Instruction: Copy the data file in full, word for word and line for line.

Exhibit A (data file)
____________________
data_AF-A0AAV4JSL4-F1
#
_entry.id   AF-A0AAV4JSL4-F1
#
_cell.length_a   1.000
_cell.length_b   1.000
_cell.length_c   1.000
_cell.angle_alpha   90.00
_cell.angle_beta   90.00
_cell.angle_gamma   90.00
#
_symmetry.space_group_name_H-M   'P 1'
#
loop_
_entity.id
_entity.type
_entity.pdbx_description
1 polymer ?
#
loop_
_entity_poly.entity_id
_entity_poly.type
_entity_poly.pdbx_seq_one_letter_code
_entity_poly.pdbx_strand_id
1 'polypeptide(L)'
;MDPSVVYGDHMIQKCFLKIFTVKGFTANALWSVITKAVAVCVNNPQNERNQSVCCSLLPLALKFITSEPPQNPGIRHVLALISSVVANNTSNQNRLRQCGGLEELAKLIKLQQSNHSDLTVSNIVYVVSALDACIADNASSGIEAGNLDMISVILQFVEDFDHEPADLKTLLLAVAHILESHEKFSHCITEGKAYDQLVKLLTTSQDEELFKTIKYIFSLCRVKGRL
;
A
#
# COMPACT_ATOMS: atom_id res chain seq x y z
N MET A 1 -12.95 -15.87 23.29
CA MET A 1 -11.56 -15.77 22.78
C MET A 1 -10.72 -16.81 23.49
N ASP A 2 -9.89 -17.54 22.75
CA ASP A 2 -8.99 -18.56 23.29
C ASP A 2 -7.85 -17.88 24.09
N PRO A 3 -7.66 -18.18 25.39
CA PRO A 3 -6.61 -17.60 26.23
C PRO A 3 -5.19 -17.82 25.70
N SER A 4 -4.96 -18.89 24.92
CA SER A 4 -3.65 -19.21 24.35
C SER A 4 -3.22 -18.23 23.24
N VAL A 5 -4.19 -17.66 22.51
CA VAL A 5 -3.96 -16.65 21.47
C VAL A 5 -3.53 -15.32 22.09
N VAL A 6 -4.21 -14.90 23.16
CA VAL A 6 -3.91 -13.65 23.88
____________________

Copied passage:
data_AF-A0AAV4JSL4-F1
#
_entry.id   AF-A0AAV4JSL4-F1
#
_cell.length_a   1.000
_cell.length_b   1.000
_cell.length_c   1.000
_cell.angle_alpha   90.00
_cell.angle_beta   90.00
_cell.angle_gamma   90.00
#
_symmetry.space_group_name_H-M   'P 1'
#
loop_
_entity.id
_entity.type
_entity.pdbx_description
1 polymer ?
#
loop_
_entity_poly.entity_id
_entity_poly.type
_entity_poly.pdbx_seq_one_letter_code
_entity_poly.pdbx_strand_id
1 'polypeptide(L)'
;MDPSVVYGDHMIQKCFLKIFTVKGFTANALWSVITKAVAVCVNNPQNERNQSVCCSLLPLALKFITSEPPQNPGIRHVLALISSVVANNTSNQNRLRQCGGLEELAKLIKLQQSNHSDLTVSNIVYVVSALDACIADNASSGIEAGNLDMISVILQFVEDFDHEPADLKTLLLAVAHILESHEKFSHCITEGKAYDQLVKLLTTSQDEELFKTIKYIFSLCRVKGRL
;
A
#
# COMPACT_ATOMS: atom_id res chain seq x y z
N MET A 1 -12.95 -15.87 23.29
CA MET A 1 -11.56 -15.77 22.78
C MET A 1 -10.72 -16.81 23.49
N ASP A 2 -9.89 -17.54 22.75
CA ASP A 2 -8.99 -18.56 23.29
C ASP A 2 -7.85 -17.88 24.09
N PRO A 3 -7.66 -18.18 25.39
CA PRO A 3 -6.61 -17.60 26.23
C PRO A 3 -5.19 -17.82 25.70
N SER A 4 -4.96 -18.89 24.92
CA SER A 4 -3.65 -19.21 24.35
C SER A 4 -3.22 -18.23 23.24
N VAL A 5 -4.19 -17.66 22.51
CA VAL A 5 -3.96 -16.65 21.47
C VAL A 5 -3.53 -15.32 22.09
N VAL A 6 -4.21 -14.90 23.16
CA VAL A 6 -3.91 -13.65 23.88